Of course, once it became clear that the Brexit Party was turning out to be a busted flush, the writing was on the wall. A Tory Party hoovering up Leave voters from both the Brexit and Labour Parties is being opposed by a quite frankly fragmented Remain movement, not helped by the fact that the Peoples Vote campaign, whose legitimacy, as embodied by the thousands who have marched recently, appears to be in doubt now that its leadership, or what appeared to act as such, appears to have imploded.

    I could go on. I only hope that, as has happened on so many occasions, I am proved wrong. However, from where I stand in largely Tory voting, Brexiteer riddled Lincolnshire, the omens are not good.

  • Our Poll ratings have been in steady decline since September, an earlier Election would probably have seen us do better & a later one, worse. Our Campaign seems to have had little effect either way, Nationally. We have to wait to see what the Target Seats look like.
    On the bright side, we seem to have expanded our Core Vote significantly since 2017.

  • Peter Martin 30th Nov '19 - 1:42pm

    @ frankie,

    “Five years of Depeffle and Brexit”

    Yep. In the summer when Boris took over I was expecting just over two years of Boris and Brexit. It would have been much easier to win an election in 2022 with Brexit out of the way. But thanks to the stupidity of Hilary Benn and Alistair Burt, with what has come to be called the Surrender Act, in Leave circles we’re now facing a further three years of Boris!

    And for what? We’re still going to get Brexit.

  • nvelope2003 30th Nov '19 - 2:45pm

    The problem for the Liberal Democrats is that most people do not want a hung Parliament ( see the results of the 2015/17 election if you do not believe it). They want what they are used to which is a single party Government which does not depend on the support of a possibly unreliable smaller party and I cannot see that ever changing. I suppose if we had PR they would eventually get used to it but it is most unlikely to be introduced except if there was some complete catastrophe which no one wants to happen. The Conservatives were determined to destroy the Liberals and were delighted when the Labour Party came along and did the job for them in 1922 and neither of those 2 parties are going to help the Liberals recover by bringing in PR. I often wonder if the Liberal Democrats would do it if they won the election when you see what happened in Canada, unless they depended on one of the Nationalist parties but by then the Scots, Welsh and Northern Irish would either be gone or decided to stay in the UK.

  • Bless Peter Brexit out of the way, the consequences will last for decades and people looking for a scape goats will either be blaming the EU or those that voted to leave. We are entering the school for fools. I know you think you are exempt but actually you are one of those most likely to suffer, a small, poor, isolated country can ill afford the economically inactive.

  • Innocent Bystander 30th Nov '19 - 5:16pm

    frankie,
    I think Peter has mentioned before that he has Australian citizenship. I travel a lot to Europe and the drop in sterling has already caused me suffering and I expect worse to come. As to Mr 2003’s catastrophe, I see that as now a certainty. As I am too old to go to Oz myself, I will have to keep myself warm by burning wads of million pound banknotes that our govt will end up printing.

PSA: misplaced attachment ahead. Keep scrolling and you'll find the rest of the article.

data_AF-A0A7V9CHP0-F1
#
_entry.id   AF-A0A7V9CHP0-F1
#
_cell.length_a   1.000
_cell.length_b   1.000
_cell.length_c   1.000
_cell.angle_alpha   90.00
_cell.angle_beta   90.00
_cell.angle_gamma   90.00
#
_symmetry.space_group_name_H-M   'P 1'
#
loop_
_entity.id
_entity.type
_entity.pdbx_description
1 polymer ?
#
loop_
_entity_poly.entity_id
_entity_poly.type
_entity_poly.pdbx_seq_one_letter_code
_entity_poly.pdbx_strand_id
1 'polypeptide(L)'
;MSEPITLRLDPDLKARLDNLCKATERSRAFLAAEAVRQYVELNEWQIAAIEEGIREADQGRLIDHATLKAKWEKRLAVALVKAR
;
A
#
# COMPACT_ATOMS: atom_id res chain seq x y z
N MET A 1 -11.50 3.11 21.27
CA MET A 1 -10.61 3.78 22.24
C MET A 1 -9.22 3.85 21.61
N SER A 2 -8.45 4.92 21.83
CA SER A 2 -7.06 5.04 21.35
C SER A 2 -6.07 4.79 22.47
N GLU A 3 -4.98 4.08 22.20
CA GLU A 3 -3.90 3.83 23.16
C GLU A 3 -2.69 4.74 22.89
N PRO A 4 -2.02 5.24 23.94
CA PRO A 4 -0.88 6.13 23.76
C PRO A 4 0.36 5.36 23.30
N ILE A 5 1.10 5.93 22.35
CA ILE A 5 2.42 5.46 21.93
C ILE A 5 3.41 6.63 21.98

• Peter Martin 1st Dec '19 - 8:38am

    @ Martin

    If you feel the Benn-Burt Act has worked out well then, of course, you’re entitled to explain why. It is though, I must admit, a difficult task.

    Much easier to impugn my political motivations, but which do remain, as ever firmly of the left.

  • Peter Martin 1st Dec '19 - 8:46am

    @Innocent Bystander,

    Please don’t burn your £ banknotes. I’ll take them off your hands. If you send me enough, I’ll happily pay your central heating bill! That would probably be better for the environment too.

    Incidentally, its not the first time I’ve made this offer to someone who thinks paper or computer created currency is worthless. But so far no-one has taken me up on it. I really can’t think why 🙂

  • Innocent Bystander 1st Dec '19 - 9:31am

    Peter,
    The UK actually has a (=1) £100,000,000 banknote but when we all have wallets full of them I might as well send them to you.
    I have on my notice board a 100,000,000 Zimbabwe dollar note as well as a 100,000,000,000,000 one (for those larger purchases – like a packet of crisps).
    Clearly, Zimbabwe could have turned their economy around if only they had thought of printing longer banknotes (to get more zeroes on them).
    Our turn is sure to come while we cling to ever more ludicrous economic theories, like MMT. Meanwhile, the nations of Asia are now supplanting our economic status simply through new ideas, enterprise, innovation, hard work, sacrifice and a respect for profit.
    All of those terms are political anathema in the UK, especially on this forum.

  • Peter Martin 1st Dec '19 - 9:50am

    @ Innocent Bystander,

    You’re not the first person to predict hyperinflation. Ten years or so ago, when the US Fed and the BoE were into QE to bail out the banks, there was a flight from fiat currencies into gold. The price spiked at close to $2000 per oz before it all collapsed. Those who made money were those who were smart enough to create the scare in the first place and sold at the right time. Those who lost were those who believed in it.

    MMT simply says that $,£ and Yens etc are IOUs of government, typically created in a computer. It’s not a theory of what should be. It is a theory of what is. If you have a better one then please let’s hear it.

  • People do not vote for hung parliaments. They are an accident of electoral statistics. That’s all they are. People vote for the party and policies they vote for. The first duty of a political party is to represent the people that actively voted for it. Otherwise it would pointless voting for them in the first place. The Conservatives have always understood this. The other parties less so, which is why they tend to end up disappointing their own voters. You will not find the Tories making “hard”, “brave” and “realistic” choices that actively go against what their voters voted for. In power their “hard”, “brave” and “realistic” choices are always aimed at the voters of their political opponents.